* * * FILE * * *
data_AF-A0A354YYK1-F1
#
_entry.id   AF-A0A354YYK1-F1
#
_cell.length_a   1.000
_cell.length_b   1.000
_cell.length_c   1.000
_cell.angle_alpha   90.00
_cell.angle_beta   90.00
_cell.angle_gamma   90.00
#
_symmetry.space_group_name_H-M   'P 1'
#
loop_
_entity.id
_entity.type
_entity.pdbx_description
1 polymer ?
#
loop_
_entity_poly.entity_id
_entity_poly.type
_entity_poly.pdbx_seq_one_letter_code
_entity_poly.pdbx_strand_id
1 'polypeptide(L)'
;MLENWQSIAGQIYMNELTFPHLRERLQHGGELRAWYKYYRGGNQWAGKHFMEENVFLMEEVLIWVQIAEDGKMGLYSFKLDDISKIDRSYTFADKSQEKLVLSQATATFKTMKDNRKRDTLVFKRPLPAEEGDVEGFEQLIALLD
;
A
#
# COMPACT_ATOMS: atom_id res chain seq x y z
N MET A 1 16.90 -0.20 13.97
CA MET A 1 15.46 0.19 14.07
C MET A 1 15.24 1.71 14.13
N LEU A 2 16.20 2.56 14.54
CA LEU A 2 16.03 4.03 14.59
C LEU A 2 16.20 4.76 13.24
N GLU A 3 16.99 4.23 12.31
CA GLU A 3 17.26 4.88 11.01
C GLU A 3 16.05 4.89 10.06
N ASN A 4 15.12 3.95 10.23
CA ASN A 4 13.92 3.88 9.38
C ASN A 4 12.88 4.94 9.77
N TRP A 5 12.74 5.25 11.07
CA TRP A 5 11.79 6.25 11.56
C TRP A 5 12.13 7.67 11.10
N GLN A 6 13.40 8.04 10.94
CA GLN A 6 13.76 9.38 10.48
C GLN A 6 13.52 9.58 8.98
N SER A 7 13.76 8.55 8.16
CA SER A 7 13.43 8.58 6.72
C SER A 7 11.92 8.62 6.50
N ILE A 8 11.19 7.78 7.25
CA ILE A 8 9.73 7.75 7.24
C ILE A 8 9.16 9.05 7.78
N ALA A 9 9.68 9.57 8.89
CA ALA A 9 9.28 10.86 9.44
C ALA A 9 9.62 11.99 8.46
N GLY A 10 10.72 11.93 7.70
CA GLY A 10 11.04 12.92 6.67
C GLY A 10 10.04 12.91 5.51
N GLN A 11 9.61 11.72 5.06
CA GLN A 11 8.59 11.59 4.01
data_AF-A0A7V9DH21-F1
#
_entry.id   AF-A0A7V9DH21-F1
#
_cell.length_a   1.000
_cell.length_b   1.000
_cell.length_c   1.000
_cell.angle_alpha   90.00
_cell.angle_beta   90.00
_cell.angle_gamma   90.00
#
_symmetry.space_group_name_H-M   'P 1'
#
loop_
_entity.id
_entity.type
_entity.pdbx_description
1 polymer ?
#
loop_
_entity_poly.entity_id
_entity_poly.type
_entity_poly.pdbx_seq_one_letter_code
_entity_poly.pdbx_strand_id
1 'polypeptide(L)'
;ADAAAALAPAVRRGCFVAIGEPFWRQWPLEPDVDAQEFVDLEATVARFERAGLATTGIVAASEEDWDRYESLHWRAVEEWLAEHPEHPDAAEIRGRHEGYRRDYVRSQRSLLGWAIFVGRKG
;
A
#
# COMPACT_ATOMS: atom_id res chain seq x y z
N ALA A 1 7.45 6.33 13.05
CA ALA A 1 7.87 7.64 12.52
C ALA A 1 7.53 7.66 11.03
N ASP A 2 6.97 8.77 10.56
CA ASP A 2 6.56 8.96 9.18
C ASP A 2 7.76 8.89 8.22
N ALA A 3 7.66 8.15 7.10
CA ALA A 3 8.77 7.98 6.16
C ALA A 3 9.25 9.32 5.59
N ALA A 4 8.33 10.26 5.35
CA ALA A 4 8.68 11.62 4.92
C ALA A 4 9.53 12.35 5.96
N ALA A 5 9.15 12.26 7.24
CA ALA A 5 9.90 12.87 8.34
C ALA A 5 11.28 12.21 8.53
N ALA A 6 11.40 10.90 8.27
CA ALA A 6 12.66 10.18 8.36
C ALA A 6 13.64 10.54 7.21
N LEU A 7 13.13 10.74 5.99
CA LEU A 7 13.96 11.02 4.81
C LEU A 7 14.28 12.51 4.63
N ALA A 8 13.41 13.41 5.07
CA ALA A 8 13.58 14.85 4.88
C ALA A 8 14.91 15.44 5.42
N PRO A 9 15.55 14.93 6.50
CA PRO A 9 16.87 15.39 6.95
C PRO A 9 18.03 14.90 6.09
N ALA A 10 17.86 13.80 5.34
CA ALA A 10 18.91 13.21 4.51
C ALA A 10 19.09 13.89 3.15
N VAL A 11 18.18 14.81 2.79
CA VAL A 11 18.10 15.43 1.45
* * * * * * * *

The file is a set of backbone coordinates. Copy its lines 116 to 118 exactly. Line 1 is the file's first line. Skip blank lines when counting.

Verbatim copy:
C ALA A 8 14.91 15.44 5.42
N PRO A 9 15.55 14.93 6.50
CA PRO A 9 16.87 15.39 6.95